Winamp

“While Saboundjian declined to get into the specifics of which services would be part of the new Winamp or how the app would plug into, say, your Spotify playlists, your Google Music library, your Podcasts app, Audible and so on, he seemed confident that it would meet the needs he outlined. There are many conversations underway, he said, but licensing and agreements aren’t the main difficulty, and of course release is still quite a ways out. The team has focused on creating a consistent app across every platform you might want encounter mobile audio. A highly improved search will also play a role — as it ought to, when your media is all lumped into one place.”

Source : Winamp returns in 2019 to whip the llama’s ass harder than ever | TechCrunch

Sénateur de Virginie Mark Warner

“Est-ce que les Etats-Unis ont repéré, durant la campagne actuelle pour les élections de mi-mandat, une activité de propagande étrangère semblable à celle de 2016 ? Il y a encore de l’activité. Cela n’est pas forcément pour appeler directement à voter pour le candidat X ou le candidat Y, mais ils essaient encore de diviser les Américains sur les questions sociales, de race… parce que ça marche, et cela ne coûte pas cher : si vous additionnez tout ce qu’ils ont dépensé pour interférer dans l’élection américaine et en Europe, cela coûte moins qu’un avion de combat F-35. C’est un sujet dont l’Occident doit prendre conscience.”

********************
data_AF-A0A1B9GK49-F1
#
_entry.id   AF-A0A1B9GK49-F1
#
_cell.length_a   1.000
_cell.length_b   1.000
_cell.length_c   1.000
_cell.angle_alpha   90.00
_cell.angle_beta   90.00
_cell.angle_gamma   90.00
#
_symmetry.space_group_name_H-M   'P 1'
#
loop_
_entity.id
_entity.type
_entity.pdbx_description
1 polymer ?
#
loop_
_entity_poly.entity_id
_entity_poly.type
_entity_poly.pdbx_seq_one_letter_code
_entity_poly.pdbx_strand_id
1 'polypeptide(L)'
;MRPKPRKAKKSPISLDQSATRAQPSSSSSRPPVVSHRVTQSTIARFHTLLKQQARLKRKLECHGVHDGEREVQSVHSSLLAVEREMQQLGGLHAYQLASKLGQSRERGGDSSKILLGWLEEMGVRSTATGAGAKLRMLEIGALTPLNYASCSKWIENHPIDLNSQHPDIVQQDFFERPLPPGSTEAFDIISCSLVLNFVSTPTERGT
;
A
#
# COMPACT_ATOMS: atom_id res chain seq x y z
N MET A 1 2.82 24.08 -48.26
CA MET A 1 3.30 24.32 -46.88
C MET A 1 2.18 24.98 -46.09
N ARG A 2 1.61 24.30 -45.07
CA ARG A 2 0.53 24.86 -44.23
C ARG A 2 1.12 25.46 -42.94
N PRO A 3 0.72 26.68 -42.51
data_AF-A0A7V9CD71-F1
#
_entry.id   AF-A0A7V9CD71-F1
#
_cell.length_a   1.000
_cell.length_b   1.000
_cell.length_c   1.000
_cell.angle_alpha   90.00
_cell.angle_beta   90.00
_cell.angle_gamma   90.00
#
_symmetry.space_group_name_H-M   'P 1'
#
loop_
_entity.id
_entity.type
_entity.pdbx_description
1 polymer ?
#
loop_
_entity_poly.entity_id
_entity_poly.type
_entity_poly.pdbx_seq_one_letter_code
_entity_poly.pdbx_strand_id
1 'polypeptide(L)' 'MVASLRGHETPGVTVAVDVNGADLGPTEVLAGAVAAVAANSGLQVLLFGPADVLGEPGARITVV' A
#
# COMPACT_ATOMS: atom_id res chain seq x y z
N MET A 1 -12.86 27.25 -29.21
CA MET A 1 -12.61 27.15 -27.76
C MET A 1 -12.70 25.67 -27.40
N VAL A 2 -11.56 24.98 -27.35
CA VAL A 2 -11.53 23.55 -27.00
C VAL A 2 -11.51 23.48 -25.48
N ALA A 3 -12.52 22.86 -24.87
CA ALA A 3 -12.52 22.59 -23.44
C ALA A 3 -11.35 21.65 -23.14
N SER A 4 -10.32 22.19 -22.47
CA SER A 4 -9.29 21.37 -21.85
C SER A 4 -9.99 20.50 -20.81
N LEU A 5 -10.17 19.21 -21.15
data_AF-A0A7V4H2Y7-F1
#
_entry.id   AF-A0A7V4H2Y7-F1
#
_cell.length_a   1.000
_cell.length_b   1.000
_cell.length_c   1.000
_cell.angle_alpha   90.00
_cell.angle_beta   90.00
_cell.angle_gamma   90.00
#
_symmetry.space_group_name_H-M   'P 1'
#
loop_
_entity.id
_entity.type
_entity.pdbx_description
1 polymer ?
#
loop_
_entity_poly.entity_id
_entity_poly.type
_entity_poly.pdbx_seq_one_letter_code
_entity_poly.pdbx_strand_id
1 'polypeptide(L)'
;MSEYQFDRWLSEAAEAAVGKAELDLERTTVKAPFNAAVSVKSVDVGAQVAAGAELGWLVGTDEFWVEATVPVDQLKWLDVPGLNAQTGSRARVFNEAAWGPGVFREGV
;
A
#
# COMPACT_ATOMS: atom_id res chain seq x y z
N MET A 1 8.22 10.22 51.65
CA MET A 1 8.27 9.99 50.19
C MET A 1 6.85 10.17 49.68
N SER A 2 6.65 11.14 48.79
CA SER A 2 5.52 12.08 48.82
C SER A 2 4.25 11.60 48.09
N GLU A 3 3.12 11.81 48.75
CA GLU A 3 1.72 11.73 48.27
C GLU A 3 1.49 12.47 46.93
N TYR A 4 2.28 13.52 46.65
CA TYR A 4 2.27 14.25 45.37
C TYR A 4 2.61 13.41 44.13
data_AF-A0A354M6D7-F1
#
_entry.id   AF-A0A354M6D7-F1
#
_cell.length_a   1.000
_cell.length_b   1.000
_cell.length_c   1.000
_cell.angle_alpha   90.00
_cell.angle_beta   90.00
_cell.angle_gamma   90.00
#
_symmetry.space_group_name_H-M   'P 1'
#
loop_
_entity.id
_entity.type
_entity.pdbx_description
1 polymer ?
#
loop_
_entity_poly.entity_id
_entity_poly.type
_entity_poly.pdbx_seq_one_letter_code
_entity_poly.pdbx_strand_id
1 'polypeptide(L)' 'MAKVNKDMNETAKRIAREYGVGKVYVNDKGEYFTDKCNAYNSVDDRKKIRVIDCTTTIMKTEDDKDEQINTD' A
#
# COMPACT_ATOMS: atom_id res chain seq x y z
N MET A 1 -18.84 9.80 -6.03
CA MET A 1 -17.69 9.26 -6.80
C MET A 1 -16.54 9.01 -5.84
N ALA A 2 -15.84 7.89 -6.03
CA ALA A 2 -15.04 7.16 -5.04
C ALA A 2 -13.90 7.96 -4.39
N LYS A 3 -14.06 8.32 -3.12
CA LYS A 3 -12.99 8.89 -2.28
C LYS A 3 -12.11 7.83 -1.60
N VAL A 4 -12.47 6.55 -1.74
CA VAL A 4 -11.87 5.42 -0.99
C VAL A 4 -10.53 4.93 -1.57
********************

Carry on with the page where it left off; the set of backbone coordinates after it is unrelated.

Source : La propagande numérique de la Russie « a coûté moins cher qu’un avion F-35 »

Facebook Portal Kitchen

“The biggest question surrounding the device: Why should anyone trust Facebook enough to put Facebook-powered microphones and video cameras in their living room or kitchen? Given Facebook’s year of privacy and security issues, privacy around the device — including what data Facebook collects and how it’s used — has been an important part of the story surrounding Portal.”

Source : It turns out that Facebook could in fact use data collected from its Portal in-home video device to target you with ads – Recode

“In a world where surveillance technology is being deployed everywhere from airports and stadiums to public schools and hotels and raising a plethora of privacy concerns, it’s perhaps inevitable that farms on land and at sea would find ways to exploit it to improve productivity. Just this year, American agribusiness giant Cargill Inc. said it was working with an Irish tech start-up on a facial-recognition system to monitor cows so farmers can adjust feeding regimens to enhance milk production. Scanners will allow them to track food and water intake and even detect when females are having fertile days. Salmon farming may be next in line. As fish vies with beef and chicken as the global protein food of choice, exporters like Norway, the world’s biggest producer of the pinkish-orange fish, have become the focal point for radical marine-farming methods designed to help the $232 billion aquaculture industry feed the world.”

Source : Salmon Farmers Are Scanning Fish Faces to Fight Killer Lice – Bloomberg